Saturday, December 19, 2015

Bauckham on the Kursi inscription

RICHARD BAUCKHAM has e-mailed with some reflections on the recently-discovered Aramaic inscription found on a marble tablet near the Sea of Galilee. I reproduce his message with his kind permission.
The statements attributed in the press to Michal Artzi are rather inaccurate and muddled. (Of course, we need not blame her for what she is reported as saying.)

The name Kursi is first attested unequivocally in the sixth century (in Greek as Χορσια). The first explicit evidence associating it with the miracle of the pigs is from the eighth century, but it was already a site that Christian pilgrims visited in the sixth century and so that association may well be older, but we do not know how old.

There is also one rabbinic reference to a Jewish settlement called כורסאי (y. Mo'ed. Qat. 82c), which may be the same place. (I assume this is the passage intended when it is reported that the new discovery "proves the historical accuracy of one of the Talmudic passages.")

It seems odd that, having discovered an inscription from c. 500 CE (it would be interesting to know how they date it), the archaeologists should go to the New Testament in search of evidence for the Jewish settlement there. The NT story is set in the "land of the Gerasenes/Gergesenes/Gadarenes", and refers to a city, but the city is not necessarily very near to the site of the miracle. I think it was probably Hippos. But wherever it was it was a GENTILE city (they kept pigs)!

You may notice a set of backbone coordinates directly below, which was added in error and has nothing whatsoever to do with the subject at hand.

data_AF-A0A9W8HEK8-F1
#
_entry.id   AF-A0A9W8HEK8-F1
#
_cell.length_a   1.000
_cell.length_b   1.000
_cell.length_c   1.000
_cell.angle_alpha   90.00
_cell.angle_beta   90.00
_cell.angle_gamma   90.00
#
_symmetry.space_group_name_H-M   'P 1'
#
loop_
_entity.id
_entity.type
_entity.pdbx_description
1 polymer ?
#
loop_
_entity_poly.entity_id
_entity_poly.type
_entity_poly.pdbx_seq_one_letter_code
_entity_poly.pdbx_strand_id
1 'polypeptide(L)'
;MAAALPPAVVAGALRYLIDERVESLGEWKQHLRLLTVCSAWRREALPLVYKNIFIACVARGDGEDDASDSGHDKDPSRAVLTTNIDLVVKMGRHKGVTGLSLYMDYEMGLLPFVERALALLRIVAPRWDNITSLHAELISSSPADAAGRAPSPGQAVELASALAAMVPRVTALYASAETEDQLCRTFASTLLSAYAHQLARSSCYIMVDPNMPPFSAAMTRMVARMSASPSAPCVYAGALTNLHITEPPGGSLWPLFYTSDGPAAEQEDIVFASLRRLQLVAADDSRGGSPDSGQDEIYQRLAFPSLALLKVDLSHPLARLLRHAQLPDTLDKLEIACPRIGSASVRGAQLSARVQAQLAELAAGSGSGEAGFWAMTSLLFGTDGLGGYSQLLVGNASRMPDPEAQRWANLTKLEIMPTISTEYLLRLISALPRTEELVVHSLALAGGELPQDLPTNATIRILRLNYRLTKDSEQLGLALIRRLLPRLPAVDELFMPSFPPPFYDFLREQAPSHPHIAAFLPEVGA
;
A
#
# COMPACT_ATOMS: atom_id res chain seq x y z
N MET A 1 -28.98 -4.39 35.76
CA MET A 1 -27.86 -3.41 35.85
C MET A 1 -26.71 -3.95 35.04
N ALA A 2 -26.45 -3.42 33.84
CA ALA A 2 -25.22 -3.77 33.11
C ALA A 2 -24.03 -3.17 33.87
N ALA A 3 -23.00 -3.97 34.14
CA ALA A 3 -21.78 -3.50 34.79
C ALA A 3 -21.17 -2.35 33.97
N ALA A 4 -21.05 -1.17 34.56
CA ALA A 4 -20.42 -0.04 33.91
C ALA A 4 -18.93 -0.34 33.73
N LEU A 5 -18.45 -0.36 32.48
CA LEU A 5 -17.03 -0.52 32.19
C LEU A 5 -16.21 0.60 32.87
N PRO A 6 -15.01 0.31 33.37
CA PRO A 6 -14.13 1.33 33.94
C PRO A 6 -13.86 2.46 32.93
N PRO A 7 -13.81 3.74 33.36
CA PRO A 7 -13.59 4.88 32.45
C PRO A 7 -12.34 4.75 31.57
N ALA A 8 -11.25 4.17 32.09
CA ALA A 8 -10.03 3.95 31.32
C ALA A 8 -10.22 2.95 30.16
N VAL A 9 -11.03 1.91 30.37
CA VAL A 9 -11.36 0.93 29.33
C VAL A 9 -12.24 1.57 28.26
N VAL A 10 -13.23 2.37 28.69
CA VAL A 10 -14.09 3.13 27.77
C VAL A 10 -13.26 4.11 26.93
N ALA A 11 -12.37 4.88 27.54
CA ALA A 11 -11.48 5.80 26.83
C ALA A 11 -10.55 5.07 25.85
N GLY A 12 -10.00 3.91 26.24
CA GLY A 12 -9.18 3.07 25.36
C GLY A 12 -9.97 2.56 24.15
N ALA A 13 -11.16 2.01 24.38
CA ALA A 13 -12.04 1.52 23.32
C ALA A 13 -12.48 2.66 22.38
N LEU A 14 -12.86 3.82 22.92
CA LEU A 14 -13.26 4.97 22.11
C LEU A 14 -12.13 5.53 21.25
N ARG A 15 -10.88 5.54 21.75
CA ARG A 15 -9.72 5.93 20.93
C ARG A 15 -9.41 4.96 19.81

We already knew there was a Byzantine Christian settlement, attached to a large monastery, that has been excavated. The archaeologists seem to have found evidence of a separate Jewish settlement near the harbour. This is not especially surprising. There is plenty of evidence of Jewish settlements in the Golan in that period. The lake near Kursi was one of the very best parts of the lake for fishing.

There seems to me nothing in all this that gives "significant support" (or any support at all) to the location of the miracle of pigs at this site.

Artzi is also quoted as saying "Until now we had no proof that Jewish settlements, which have disappeared over the years, actually existed during that period on the shores of the Sea of ​​Galilee, except for the town of Migdal.” Actually Magdala (Migdal) was abandoned after the earthquake of 363 CE. What about Tiberias? By 500 there was a Christian presence there, but surely still a mainly Jewish population?

I'm sure you must be right about מרמריה. "Lady Mary" would have to be מרתא מריה surely? I see the more recent press reports are saying the word most likely means "marble" - perhaps because they have read your post?
Yes, most of the reports now say that the inscription is in Aramaic, and the ones at Breitbart, Christian Today, The Blaze, Haaretz, and even the University of Haifa press release (the latter two apparently updated) give "marble" as one option for the meaning of the word. Haaretz and Haifa University correctly say that it is the more probable option. You heard it first at PaleoJudaica!